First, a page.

“This is not about politics – it’s about making sure that each public dollar spent on welfare is used appropriately,” LePage said in a prepared statement. “These tax dollars are designated for daily necessities like diapers and healthy meals that vulnerable families and children need to survive. To think these dollars may have been spent on liquor and adult entertainment is incomprehensible, and this administration will not tolerate it.”

The DHHS has blocked the use of benefit cards in ATMs at 44 locations statewide and plans to expand to more than 200 locations by August, LePage said in his statement. He said any attempt to use a card at a prohibited location will be treated as a violation, and the card holder will lose benefits for a year.

Using data released by the state in January, the Portland Press Herald calculated that from June 1, 2012, through Nov. 15, 2013, card holders made $44,480 in ATM withdrawals at the 44 businesses where the cards are now blocked.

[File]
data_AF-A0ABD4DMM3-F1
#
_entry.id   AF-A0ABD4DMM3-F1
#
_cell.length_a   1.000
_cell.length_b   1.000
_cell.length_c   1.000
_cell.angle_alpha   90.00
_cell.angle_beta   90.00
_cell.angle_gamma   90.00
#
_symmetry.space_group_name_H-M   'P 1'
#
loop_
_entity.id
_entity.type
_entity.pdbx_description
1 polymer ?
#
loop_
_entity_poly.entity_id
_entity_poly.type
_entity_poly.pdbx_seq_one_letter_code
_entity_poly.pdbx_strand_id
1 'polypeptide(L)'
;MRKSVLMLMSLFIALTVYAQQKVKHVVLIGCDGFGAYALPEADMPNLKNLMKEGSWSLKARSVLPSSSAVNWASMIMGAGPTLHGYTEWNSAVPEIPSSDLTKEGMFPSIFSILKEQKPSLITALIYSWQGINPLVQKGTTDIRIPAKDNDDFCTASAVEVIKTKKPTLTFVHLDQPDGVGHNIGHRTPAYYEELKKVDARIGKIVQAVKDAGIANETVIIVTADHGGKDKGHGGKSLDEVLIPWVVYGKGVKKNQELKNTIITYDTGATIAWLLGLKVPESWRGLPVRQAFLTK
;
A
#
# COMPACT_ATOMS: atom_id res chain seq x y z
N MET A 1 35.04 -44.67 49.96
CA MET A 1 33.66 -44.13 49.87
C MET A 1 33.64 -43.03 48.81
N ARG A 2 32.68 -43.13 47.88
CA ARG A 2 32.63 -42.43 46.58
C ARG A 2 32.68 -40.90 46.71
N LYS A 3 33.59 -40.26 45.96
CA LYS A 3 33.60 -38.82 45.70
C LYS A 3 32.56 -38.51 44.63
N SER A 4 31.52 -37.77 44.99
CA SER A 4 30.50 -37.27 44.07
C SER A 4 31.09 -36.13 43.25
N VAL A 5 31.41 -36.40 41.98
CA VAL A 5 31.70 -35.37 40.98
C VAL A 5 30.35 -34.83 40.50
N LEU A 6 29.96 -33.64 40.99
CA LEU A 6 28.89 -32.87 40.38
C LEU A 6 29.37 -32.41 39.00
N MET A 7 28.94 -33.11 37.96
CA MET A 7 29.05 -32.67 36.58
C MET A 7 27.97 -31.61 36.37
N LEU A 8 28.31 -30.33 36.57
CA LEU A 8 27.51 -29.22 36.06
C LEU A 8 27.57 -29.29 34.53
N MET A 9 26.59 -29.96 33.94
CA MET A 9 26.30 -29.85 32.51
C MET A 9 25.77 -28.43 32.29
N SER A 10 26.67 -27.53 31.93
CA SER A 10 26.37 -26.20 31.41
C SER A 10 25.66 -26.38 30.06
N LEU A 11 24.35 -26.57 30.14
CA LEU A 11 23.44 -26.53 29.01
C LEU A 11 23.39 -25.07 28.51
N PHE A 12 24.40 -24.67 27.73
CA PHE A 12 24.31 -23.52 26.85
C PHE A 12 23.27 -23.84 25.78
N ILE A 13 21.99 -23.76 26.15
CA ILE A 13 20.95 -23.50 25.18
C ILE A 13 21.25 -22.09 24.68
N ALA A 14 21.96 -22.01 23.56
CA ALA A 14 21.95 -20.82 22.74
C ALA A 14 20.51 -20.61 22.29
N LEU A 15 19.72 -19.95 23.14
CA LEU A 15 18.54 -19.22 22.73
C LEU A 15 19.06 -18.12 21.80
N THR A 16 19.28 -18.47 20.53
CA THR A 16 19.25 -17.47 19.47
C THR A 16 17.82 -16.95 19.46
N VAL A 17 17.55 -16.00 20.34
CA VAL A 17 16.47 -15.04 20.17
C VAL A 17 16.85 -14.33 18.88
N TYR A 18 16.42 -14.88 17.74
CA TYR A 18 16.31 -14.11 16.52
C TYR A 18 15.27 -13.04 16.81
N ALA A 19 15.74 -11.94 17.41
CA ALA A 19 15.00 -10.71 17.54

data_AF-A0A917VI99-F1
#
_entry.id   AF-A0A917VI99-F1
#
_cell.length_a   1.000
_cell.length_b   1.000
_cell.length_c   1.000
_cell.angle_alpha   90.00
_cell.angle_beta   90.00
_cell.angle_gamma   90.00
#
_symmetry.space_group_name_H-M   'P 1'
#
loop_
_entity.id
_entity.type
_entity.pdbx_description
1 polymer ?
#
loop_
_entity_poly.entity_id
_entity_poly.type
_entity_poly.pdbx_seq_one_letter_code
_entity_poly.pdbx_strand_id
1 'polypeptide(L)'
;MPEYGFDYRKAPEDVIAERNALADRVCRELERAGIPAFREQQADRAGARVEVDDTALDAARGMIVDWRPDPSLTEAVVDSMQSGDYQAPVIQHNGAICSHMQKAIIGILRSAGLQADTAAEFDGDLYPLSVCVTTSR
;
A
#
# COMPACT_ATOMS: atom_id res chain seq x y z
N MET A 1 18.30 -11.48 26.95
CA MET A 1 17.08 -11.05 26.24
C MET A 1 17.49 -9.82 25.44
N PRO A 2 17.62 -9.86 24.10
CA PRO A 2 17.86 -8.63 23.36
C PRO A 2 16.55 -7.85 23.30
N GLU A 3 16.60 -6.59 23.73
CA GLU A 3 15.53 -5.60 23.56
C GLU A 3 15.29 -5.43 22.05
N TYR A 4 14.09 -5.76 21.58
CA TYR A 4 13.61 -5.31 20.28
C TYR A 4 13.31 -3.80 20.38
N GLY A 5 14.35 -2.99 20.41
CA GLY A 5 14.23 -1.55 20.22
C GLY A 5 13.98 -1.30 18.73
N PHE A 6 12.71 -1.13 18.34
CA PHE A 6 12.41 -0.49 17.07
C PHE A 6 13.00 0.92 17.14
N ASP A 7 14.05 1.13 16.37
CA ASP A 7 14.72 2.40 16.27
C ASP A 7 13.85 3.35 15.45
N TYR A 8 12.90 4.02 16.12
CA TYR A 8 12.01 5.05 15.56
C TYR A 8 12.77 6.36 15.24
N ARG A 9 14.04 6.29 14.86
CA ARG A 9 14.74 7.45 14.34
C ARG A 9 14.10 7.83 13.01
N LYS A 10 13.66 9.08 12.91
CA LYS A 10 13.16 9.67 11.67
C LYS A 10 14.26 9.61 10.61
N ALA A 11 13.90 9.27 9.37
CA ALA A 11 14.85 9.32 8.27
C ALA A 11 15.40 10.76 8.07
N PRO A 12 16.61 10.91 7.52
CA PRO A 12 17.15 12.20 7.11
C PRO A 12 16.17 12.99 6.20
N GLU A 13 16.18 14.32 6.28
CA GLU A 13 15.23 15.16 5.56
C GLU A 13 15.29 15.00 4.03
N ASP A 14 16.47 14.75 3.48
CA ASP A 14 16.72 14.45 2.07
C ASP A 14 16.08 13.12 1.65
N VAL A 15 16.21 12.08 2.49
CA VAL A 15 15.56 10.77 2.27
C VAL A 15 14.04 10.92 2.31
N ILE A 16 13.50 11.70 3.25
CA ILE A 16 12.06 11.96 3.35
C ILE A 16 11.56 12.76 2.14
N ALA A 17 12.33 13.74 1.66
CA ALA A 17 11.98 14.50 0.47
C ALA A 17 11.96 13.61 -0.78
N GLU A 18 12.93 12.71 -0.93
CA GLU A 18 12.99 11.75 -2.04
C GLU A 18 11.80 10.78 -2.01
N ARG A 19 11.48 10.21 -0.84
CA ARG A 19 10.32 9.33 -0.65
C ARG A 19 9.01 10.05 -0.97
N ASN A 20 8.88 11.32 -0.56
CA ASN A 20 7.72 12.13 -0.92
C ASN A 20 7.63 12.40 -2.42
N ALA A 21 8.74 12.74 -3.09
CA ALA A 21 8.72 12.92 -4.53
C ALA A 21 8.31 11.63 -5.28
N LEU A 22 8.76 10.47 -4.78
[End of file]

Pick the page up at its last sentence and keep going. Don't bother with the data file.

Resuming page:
The state is paying its EBT card vendor, Xerox, $92 per ATM to enforce the law. At that rate, it will cost Maine taxpayers $18,400 to prohibit withdrawals at the 200 locations.


In his statement, LePage took a jab at Democrats for not supporting his bills during the legislative session that ended May 2. LePage’s plan would have added more stringent work requirements for welfare recipients, and new restrictions on using cash assistance for bail, lottery tickets, alcohol or tobacco.